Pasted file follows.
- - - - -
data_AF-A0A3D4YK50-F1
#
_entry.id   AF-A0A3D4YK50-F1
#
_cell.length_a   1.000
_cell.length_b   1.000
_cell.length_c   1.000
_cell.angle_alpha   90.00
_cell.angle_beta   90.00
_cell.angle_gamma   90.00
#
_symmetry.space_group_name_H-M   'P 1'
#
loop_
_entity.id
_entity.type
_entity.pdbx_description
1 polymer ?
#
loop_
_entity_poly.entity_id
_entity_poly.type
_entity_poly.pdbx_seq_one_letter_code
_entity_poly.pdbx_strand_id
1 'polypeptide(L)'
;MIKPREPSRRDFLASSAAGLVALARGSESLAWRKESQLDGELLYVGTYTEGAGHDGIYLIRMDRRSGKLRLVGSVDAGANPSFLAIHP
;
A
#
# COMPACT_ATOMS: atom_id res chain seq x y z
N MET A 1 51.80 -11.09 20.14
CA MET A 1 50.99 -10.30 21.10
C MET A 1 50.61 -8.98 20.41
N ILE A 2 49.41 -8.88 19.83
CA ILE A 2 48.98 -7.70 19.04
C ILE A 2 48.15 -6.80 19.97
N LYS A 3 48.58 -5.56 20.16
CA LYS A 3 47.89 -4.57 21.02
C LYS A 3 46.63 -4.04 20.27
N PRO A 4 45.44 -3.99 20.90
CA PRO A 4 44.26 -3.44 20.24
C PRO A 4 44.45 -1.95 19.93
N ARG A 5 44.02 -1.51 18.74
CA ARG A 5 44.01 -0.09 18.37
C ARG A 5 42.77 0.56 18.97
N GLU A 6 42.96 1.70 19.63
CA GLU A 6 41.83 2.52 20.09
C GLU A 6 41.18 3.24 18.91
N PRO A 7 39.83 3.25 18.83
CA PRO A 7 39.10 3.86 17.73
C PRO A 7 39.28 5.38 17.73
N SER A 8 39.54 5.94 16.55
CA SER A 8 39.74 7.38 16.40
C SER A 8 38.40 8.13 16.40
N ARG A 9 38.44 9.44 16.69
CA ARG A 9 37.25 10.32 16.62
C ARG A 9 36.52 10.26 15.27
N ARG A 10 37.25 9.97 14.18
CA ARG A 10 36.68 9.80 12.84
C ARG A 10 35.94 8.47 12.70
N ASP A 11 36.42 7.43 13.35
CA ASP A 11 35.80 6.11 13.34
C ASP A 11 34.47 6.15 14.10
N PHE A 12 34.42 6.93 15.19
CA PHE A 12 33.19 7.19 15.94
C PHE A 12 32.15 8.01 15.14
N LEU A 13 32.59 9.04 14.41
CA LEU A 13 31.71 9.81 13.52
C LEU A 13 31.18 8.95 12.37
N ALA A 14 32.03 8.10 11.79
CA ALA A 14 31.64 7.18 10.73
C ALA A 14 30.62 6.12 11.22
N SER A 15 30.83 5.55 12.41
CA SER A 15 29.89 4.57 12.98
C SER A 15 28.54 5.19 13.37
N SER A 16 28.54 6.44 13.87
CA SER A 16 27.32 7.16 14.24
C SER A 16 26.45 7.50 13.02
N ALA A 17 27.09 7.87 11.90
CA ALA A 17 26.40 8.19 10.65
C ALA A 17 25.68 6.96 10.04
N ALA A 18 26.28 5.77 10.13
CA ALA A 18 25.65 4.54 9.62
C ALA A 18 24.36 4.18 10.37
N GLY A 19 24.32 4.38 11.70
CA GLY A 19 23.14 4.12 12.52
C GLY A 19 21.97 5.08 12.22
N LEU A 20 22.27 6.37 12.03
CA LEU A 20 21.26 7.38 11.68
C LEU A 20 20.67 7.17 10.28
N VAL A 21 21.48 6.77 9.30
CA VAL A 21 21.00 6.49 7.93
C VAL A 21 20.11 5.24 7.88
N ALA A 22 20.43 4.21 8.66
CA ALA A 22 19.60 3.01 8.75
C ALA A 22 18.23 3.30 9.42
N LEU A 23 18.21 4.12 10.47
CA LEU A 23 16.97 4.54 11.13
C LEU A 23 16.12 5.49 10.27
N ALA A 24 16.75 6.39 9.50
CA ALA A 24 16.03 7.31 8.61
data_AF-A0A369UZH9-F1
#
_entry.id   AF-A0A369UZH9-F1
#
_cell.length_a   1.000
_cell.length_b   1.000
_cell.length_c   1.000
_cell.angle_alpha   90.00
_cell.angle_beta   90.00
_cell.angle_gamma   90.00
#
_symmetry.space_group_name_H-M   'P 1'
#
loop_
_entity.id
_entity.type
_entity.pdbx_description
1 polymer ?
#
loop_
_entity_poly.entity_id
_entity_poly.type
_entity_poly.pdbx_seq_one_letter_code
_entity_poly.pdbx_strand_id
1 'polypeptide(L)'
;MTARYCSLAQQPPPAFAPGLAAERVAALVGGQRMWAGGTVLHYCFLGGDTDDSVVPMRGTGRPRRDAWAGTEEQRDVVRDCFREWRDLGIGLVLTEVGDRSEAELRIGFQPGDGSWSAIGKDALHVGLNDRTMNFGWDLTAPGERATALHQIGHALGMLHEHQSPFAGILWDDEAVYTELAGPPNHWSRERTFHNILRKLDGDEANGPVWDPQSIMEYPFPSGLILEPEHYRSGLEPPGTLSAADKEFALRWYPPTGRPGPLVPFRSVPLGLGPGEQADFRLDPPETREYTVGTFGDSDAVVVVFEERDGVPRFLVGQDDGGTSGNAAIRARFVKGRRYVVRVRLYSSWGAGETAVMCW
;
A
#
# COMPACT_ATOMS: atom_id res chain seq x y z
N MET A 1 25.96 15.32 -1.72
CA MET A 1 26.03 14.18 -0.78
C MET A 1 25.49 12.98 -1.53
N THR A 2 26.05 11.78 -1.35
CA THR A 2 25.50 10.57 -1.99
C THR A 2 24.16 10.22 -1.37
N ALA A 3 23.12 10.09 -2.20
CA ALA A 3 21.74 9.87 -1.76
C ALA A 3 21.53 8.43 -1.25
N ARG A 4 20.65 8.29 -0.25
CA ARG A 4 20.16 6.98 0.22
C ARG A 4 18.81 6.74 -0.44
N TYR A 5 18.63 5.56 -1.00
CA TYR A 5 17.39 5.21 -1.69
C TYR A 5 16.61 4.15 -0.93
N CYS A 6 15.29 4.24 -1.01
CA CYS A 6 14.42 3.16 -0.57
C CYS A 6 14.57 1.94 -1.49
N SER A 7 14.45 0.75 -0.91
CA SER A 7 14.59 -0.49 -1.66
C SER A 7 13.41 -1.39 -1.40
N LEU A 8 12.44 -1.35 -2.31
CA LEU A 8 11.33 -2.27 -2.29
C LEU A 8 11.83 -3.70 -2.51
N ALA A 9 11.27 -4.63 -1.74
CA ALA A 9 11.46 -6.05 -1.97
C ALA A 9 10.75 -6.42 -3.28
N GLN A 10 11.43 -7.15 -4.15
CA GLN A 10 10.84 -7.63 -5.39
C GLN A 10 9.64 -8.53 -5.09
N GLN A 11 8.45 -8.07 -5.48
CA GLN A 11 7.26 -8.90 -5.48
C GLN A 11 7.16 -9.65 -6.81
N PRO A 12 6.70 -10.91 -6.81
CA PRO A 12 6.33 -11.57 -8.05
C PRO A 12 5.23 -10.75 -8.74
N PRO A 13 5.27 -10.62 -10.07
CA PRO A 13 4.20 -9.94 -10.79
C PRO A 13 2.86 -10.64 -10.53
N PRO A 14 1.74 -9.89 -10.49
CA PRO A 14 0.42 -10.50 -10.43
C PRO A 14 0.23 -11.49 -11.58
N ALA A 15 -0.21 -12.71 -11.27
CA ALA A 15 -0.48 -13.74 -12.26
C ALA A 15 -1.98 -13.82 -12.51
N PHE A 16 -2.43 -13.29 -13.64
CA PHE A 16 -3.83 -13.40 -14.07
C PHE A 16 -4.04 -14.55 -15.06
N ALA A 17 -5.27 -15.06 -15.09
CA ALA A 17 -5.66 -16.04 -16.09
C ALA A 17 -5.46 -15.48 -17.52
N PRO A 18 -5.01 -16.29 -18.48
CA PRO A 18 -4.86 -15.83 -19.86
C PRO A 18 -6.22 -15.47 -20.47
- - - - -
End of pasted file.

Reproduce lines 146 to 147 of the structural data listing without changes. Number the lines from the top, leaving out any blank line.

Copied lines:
C TYR A 5 16.61 4.15 -0.93
N CYS A 6 15.29 4.24 -1.01